Better Education For Haiti’s Health Care Workers
Bid to salvage next generation training of physicians, nurses as earthquake disaster lingers
Project HOPE, US and Canadian experts to probe Haiti’s health care worker training crisis
A high-powered team of experts from some of North America’s finest medical schools and health systems, working with Project HOPE, a global health education and humanitarian assistance organization, have launched a comprehensive study into Haiti’s long-term health care training needs. Haiti continues to struggle following last year’s earthquake, which devastated its medical infrastructure and spawned a multitude of health emergencies, including multiple cholera outbreaks.
Experts from Project HOPE, doctors and academics from top universities, and the Department of Health and Human Services, will be led by Haitian-American, Dr. Henri Ford, Vice President and Chief of Surgery at Children’s Hospital in Los Angeles. Dr. Louis Sullivan, former Secretary of the U.S. Department of Health and Human Services and current Project HOPE Board member, co-chairs the task force. The steering committee includes a delegation from the Government Relations and External Affairs Association of Faculties of Medicine of Canada. The group is working together with Haiti’s Ministry of Public Health and Population to find practical solutions to improve health education. It will conduct a study during its week-long trip as part of an effort to establish a blueprint for a major teaching hospital called for by UN Special Envoy and former US President Bill Clinton and the Haitian government.
Haiti’s capacity to train and support a new generation of doctors, nurses and health workers has been severely compromised by last year’s quake, which destroyed many hospitals, clinics and teaching facilities, raising the worrying prospect that the disaster’s impact could be felt in the lives of its people for years to come.
“There is an urgent need to improve undergraduate medical education for health professionals in Haiti, who are struggling to meet patients’ health care needs. Our goal is to find ways to leverage the expertise and technology, which are key to health education in the U.S. and Canada, to facilitate the needs of health professionals in Haiti,” said Dr. Henri Ford, who is also Vice-Dean, Medical Education and Professor and Vice Chair for Clinical Affairs in the Department of Surgery, Keck School of Medicine at the University of Southern California.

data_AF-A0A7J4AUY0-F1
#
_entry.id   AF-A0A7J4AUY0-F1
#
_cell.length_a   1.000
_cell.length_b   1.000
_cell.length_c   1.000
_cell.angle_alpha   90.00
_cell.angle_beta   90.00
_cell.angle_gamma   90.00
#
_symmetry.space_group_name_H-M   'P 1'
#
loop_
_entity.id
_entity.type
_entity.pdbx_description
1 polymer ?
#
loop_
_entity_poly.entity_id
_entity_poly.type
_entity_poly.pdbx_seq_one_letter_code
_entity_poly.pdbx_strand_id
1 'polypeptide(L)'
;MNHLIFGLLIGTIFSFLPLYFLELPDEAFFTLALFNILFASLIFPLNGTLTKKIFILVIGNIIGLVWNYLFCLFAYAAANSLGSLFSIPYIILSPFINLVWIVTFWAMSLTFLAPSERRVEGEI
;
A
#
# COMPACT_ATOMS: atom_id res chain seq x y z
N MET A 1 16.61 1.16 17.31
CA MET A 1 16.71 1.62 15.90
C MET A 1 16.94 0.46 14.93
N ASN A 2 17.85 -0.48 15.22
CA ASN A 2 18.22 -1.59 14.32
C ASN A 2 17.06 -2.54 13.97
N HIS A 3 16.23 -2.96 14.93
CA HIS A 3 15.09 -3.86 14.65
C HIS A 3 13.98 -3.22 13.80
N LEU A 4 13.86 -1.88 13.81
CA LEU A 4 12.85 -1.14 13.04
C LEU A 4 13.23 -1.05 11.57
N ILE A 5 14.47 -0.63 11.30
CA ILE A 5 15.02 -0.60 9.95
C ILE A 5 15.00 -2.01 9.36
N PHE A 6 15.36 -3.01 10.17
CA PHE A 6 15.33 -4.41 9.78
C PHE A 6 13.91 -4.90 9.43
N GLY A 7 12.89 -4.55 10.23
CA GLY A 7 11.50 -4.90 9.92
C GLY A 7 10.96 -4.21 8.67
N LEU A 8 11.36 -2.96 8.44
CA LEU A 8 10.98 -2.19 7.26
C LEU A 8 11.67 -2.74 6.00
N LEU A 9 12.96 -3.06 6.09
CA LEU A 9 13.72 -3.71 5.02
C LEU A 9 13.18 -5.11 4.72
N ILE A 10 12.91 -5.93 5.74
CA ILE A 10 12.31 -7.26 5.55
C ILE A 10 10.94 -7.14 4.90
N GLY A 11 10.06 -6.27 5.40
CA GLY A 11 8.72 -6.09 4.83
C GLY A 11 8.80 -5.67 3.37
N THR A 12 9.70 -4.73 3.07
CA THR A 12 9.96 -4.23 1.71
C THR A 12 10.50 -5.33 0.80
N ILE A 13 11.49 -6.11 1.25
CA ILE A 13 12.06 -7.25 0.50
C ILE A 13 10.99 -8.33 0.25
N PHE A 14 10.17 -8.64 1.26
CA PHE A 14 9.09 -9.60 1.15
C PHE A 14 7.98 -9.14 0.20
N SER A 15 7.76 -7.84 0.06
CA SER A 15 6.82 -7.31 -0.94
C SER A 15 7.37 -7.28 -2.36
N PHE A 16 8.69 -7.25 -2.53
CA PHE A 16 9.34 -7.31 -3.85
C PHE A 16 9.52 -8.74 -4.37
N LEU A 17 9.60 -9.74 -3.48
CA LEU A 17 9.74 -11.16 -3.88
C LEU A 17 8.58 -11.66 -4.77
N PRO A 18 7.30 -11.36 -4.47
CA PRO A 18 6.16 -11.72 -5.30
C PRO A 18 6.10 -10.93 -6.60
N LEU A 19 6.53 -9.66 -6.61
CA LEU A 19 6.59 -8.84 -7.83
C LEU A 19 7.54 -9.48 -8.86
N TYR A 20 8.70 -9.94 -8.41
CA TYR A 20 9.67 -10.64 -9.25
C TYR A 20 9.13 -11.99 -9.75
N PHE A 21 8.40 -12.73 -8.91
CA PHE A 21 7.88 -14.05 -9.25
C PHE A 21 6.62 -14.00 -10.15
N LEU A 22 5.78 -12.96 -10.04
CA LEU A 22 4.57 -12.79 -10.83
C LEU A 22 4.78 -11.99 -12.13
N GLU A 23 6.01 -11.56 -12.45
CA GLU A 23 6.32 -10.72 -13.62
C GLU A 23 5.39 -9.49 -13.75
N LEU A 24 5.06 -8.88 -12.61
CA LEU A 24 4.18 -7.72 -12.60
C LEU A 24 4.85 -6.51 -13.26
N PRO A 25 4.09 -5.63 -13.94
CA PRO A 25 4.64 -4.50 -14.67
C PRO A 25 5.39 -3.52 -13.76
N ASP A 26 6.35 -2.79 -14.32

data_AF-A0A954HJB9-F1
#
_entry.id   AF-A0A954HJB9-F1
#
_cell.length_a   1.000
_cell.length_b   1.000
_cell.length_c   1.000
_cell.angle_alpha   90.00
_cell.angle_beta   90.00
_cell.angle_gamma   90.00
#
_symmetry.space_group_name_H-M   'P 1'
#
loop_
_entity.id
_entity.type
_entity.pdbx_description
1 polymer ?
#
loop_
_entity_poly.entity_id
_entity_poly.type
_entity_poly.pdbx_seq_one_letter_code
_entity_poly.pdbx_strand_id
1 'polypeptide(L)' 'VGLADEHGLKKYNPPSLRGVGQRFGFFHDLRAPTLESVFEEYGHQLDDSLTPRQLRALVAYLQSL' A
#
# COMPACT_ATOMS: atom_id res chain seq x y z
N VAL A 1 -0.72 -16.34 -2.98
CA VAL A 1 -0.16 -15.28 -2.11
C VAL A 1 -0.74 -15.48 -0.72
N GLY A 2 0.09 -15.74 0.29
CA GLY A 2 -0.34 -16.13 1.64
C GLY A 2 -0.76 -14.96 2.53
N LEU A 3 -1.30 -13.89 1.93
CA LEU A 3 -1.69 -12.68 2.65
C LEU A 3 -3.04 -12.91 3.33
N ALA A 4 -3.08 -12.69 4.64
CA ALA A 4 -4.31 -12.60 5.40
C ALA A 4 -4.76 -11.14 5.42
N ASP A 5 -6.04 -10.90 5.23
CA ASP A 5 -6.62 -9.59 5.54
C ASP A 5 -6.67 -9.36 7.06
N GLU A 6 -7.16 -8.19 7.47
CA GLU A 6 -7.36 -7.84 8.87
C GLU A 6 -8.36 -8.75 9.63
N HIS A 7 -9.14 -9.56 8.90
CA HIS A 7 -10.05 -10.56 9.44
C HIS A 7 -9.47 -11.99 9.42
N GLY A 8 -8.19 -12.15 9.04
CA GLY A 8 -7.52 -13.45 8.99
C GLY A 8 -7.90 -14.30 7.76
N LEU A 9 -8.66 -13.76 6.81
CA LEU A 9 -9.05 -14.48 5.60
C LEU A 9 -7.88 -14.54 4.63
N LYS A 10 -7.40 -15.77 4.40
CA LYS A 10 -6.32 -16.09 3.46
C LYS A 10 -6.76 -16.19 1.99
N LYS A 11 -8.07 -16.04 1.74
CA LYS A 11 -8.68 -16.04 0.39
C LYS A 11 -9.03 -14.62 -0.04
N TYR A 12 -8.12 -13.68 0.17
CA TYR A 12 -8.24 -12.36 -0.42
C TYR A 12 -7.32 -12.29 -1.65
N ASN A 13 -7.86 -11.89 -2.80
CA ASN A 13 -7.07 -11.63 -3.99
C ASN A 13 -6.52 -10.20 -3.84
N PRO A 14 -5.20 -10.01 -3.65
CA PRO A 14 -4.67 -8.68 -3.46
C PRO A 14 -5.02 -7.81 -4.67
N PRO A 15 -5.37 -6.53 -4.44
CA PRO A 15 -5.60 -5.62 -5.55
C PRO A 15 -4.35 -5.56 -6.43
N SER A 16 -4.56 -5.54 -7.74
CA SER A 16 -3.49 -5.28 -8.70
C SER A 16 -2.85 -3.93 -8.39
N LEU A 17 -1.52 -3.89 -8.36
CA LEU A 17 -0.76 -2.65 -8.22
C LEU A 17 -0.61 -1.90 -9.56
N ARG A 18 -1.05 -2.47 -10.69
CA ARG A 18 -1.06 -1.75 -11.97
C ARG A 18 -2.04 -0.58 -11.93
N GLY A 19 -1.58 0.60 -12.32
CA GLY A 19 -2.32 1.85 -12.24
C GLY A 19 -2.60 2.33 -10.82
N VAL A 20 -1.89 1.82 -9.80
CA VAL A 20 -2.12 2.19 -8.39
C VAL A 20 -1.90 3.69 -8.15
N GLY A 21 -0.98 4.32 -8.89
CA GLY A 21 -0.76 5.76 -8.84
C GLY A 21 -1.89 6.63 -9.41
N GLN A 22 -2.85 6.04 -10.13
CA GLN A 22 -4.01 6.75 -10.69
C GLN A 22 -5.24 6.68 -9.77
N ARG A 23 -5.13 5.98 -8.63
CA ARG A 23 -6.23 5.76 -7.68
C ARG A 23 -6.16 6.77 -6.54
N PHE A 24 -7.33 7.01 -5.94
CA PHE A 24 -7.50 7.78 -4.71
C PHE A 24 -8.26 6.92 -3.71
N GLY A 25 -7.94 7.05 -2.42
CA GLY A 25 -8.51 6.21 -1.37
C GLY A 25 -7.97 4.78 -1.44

“Our steering committee, with the support of Project HOPE and direct coordination of the Canadian delegation, is committed to delivering a strong program that will strengthen the Haitian medical education system, but will also produce tangible results for the health of the population,” Dr. Ford said.
Project HOPE, which specializes in building long-term capacity after the initial shock of manmade or natural disasters has passed, has left a rich legacy of health infrastructure around the world, helping to establish hospitals and clinics, train health care professionals and assess needs in places as diverse as China and Iraq.
“Project HOPE’s emphasis has always been on efficient, effective, and sustainable solutions. Haiti has much to gain from the collaborative efforts of the team we have assembled in Haiti to assess the critical educational needs of Haiti’s medical students and professionals,” said John P. Howe III, M.D., President and CEO of Project HOPE.
The team will conduct site visits and be briefed by Haiti’s university deans as it assesses the state of resources in Haiti available to educate doctors and nurses, as well as examine the state of current facilities in the wake of last year’s quake, which left 1.5 million people homeless.
The team will also examine and produce recommendations on funding options to support and sustain proposed teaching facilities and focus specifically on educational needs as they relate to physicians, nurses, and allied health professionals.
Last month, Project HOPE deployed medical volunteers to Haiti to address a resurgence of cholera in the country. HOPE volunteers cared for patients and trained local health care professionals on the diagnosis and treatment of cholera patients and the prevention of cholera among hospital staff.
About Project HOPE
Founded in 1958, Project HOPE (Heath Opportunities for People Everywhere) is dedicated to providing lasting solutions to health crises, with the mission of helping people to help themselves. Identifiable to many by the SS HOPE, the world’s first peacetime hospital ship, Project HOPE now conducts land-based medical training and health education programs in 36 countries across five continents.
Geraldine Carroll Tel. 540.257.3746 [email protected]